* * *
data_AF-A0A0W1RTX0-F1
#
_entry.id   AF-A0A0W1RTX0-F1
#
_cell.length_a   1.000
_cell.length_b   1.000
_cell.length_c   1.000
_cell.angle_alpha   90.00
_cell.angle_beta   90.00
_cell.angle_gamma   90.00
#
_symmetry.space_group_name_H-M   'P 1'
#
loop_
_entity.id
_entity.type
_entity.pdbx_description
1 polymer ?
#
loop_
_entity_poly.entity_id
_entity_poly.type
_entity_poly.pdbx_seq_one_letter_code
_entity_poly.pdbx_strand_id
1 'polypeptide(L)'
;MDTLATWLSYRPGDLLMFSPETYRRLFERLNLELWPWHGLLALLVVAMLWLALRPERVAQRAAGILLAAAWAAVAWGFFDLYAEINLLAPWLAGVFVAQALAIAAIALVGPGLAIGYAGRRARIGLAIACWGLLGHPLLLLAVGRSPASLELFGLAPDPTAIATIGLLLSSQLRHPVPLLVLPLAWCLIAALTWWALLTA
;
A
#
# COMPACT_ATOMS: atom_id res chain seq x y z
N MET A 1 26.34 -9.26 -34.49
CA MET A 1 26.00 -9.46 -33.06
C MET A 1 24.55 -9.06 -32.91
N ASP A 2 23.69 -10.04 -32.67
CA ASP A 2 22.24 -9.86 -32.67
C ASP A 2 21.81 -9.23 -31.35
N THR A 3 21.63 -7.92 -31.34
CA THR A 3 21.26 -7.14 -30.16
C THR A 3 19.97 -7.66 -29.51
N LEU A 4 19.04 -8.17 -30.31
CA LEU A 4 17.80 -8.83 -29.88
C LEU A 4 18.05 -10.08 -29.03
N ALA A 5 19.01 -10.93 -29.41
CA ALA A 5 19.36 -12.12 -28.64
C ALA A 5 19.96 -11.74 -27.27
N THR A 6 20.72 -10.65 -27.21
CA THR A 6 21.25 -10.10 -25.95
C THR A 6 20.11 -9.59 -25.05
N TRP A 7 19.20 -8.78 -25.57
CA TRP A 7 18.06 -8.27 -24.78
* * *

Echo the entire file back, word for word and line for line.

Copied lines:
data_AF-A0A0W1RTX0-F1
#
_entry.id   AF-A0A0W1RTX0-F1
#
_cell.length_a   1.000
_cell.length_b   1.000
_cell.length_c   1.000
_cell.angle_alpha   90.00
_cell.angle_beta   90.00
_cell.angle_gamma   90.00
#
_symmetry.space_group_name_H-M   'P 1'
#
loop_
_entity.id
_entity.type
_entity.pdbx_description
1 polymer ?
#
loop_
_entity_poly.entity_id
_entity_poly.type
_entity_poly.pdbx_seq_one_letter_code
_entity_poly.pdbx_strand_id
1 'polypeptide(L)'
;MDTLATWLSYRPGDLLMFSPETYRRLFERLNLELWPWHGLLALLVVAMLWLALRPERVAQRAAGILLAAAWAAVAWGFFDLYAEINLLAPWLAGVFVAQALAIAAIALVGPGLAIGYAGRRARIGLAIACWGLLGHPLLLLAVGRSPASLELFGLAPDPTAIATIGLLLSSQLRHPVPLLVLPLAWCLIAALTWWALLTA
;
A
#
# COMPACT_ATOMS: atom_id res chain seq x y z
N MET A 1 26.34 -9.26 -34.49
CA MET A 1 26.00 -9.46 -33.06
C MET A 1 24.55 -9.06 -32.91
N ASP A 2 23.69 -10.04 -32.67
CA ASP A 2 22.24 -9.86 -32.67
C ASP A 2 21.81 -9.23 -31.35
N THR A 3 21.63 -7.92 -31.34
CA THR A 3 21.26 -7.14 -30.16
C THR A 3 19.97 -7.66 -29.51
N LEU A 4 19.04 -8.17 -30.31
CA LEU A 4 17.80 -8.83 -29.88
C LEU A 4 18.05 -10.08 -29.03
N ALA A 5 19.01 -10.93 -29.41
CA ALA A 5 19.36 -12.12 -28.64
C ALA A 5 19.96 -11.74 -27.27
N THR A 6 20.72 -10.65 -27.21
CA THR A 6 21.25 -10.10 -25.95
C THR A 6 20.11 -9.59 -25.05
N TRP A 7 19.20 -8.78 -25.57
CA TRP A 7 18.06 -8.27 -24.78